Fun off-farm keeps wellbeing in balance

Waimakariri Young Farmers Club treasurer Kaitlyn Corpe (left) and chairman Jeremy Madeley pose...
Waimakariri Young Farmers Club treasurer Kaitlyn Corpe (left) and chairman Jeremy Madeley pose with a friend, "Charlie'', at the club's ball earlier this year. Photo: Waimakariri Young Farmers Club.
Having fun off-farm is proving to be the right tonic for Waimakariri young farmers to improve their wellbeing.

Waimakariri Young Farmers Club chairman Jeremy Madeley said mental health was a serious issue for young farmers, but connecting with others and checking up on your mates made a difference.

His club started organising monthly ''funtivities'' nearly two years ago, to help address wellbeing concerns and to give members some ''value for their membership''.

''One of our members came up with the phrase 'funtivities' for fun activities and we pretty much just flicked it back to the members and said 'what do you guys want to do'?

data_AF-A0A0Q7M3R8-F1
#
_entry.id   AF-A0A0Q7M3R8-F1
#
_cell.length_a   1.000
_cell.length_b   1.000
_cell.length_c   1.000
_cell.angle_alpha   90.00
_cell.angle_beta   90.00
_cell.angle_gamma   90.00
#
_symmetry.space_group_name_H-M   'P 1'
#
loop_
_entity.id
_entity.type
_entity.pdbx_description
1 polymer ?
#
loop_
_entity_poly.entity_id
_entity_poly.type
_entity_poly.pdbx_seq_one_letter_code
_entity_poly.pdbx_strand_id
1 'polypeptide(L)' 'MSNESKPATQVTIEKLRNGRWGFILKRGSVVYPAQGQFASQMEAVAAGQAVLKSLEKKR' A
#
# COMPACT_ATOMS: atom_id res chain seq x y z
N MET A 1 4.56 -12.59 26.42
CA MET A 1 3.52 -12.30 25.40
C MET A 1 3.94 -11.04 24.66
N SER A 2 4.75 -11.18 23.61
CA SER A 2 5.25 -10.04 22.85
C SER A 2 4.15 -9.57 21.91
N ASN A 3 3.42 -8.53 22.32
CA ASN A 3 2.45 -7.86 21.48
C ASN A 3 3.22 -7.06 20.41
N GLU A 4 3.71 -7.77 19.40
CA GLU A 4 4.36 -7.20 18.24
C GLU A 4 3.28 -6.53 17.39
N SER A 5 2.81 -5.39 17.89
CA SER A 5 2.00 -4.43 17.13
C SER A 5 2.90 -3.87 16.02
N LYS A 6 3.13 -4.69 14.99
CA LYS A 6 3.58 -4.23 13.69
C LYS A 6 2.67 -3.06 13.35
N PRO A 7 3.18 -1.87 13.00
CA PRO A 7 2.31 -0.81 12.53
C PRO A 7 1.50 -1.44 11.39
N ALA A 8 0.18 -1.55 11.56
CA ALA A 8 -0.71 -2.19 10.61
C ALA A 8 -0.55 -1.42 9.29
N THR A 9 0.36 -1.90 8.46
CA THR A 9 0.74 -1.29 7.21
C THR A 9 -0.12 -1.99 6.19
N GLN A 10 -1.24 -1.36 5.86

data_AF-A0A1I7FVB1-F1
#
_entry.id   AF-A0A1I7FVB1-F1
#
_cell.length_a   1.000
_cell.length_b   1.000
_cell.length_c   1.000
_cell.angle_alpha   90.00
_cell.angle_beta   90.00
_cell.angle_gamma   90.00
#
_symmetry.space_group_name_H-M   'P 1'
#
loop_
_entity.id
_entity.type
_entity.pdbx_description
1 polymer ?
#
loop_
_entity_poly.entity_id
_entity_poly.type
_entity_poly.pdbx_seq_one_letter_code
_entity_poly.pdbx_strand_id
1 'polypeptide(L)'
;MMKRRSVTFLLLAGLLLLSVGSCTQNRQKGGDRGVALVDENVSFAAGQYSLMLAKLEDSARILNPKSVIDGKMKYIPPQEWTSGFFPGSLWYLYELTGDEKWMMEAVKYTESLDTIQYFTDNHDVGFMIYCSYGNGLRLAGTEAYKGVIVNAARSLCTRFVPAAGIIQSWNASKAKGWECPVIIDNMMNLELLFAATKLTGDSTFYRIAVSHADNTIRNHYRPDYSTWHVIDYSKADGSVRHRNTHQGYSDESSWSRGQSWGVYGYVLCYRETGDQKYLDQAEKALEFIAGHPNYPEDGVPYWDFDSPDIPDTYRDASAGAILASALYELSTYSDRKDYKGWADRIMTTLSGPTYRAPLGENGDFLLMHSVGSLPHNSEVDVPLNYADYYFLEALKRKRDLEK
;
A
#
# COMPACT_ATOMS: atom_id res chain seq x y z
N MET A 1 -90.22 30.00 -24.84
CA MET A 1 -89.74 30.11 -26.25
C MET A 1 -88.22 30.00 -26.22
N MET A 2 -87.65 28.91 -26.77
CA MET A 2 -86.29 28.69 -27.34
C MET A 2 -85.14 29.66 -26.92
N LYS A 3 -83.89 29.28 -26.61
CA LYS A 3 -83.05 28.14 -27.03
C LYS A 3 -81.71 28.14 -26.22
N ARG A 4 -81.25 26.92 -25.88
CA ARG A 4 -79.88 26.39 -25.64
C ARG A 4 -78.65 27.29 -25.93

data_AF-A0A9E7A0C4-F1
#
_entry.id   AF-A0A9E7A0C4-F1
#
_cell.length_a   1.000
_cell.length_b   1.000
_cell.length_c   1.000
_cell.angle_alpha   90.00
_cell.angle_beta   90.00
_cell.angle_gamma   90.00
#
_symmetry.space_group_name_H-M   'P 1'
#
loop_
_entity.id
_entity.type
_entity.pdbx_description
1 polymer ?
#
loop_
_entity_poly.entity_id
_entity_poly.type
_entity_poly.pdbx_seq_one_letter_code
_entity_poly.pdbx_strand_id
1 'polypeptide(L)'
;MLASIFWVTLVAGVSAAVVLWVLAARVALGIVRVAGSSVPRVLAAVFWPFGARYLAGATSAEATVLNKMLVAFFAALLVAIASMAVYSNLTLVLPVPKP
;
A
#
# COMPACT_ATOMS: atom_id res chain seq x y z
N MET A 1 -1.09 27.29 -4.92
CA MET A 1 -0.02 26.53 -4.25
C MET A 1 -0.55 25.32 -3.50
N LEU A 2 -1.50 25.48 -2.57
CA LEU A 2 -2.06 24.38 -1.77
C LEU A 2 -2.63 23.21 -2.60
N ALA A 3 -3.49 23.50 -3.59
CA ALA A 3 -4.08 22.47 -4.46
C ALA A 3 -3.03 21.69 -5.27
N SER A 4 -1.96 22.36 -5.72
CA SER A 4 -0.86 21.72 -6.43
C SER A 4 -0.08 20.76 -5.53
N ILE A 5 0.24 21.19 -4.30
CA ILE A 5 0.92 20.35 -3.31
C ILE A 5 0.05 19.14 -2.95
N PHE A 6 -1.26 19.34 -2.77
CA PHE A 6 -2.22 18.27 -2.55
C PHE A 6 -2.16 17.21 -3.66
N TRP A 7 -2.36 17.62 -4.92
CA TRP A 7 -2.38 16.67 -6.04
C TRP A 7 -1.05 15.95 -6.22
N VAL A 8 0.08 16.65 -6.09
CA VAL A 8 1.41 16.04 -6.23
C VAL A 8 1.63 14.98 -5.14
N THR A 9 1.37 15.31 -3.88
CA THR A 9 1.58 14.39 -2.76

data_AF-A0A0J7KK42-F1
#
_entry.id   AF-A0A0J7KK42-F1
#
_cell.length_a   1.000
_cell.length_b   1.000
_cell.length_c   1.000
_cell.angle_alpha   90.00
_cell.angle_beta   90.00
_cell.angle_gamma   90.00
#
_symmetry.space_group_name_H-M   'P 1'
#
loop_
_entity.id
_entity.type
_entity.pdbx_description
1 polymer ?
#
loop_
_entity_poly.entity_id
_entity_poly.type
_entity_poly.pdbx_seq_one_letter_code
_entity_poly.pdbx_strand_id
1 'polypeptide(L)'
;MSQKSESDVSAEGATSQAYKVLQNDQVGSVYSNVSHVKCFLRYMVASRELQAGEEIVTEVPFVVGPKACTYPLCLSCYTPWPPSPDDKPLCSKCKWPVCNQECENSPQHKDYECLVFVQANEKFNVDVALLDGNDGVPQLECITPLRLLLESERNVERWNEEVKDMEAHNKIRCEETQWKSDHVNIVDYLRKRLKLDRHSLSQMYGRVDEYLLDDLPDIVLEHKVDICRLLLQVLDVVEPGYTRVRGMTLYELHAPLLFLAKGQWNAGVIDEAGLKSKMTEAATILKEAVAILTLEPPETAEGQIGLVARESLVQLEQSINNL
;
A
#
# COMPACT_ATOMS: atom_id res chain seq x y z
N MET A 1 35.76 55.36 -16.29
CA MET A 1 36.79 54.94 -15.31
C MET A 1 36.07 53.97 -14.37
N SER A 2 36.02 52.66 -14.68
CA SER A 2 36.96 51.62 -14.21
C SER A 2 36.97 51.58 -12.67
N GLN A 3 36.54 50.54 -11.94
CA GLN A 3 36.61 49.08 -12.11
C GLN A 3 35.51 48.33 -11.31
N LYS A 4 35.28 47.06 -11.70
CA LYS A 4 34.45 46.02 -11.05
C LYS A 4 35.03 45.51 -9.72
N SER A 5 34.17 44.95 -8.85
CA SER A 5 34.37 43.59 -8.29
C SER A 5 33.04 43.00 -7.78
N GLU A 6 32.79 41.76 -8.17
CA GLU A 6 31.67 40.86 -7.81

''Now we're getting through the list, so we probably need to go back and do it again.''

The club holds monthly meetings on the first Wednesday of the month and ''funtivities'' on the third week.

''Whether it's a weekend activity or an evening, we make sure we do something every month,'' he said

Activities so far have included clay target shooting, movies, tenpin bowling, paintball, an escape room activity and karting.

This month they plan to do canvas painting in a paddock and paint a landscape or a model and have a barbecue.

Mr Madeley, who has worked as a dairy farm manager, said the club had 33 members and most ''funtivities'' attracted 20 to 25 or more members, though he had noticed a drop-off in the last two months.

''Since calving, the last two months' attendances have dropped right back to 10 to 15 people, so it shows that when the pressure comes on people pull back and stay on-farm.

''When the pressure comes on and people start to feel the pain we need to keep an eye on them and make sure they're getting enough sleep and eating right.''

Through organising the ''funtivities'' Mr Madeley said he had been able to build a rapport with members, so he was able to call them for chat when they missed a meeting to make sure everything was all right.

''I like to think of mental health as being like a bank account. If you lose sleep or you're in a stressful job it's like a withdrawal, so you don't want to be in overdraft.

''Whereas a 'funtivity' is a way to make a deposit.''

-By David Hill


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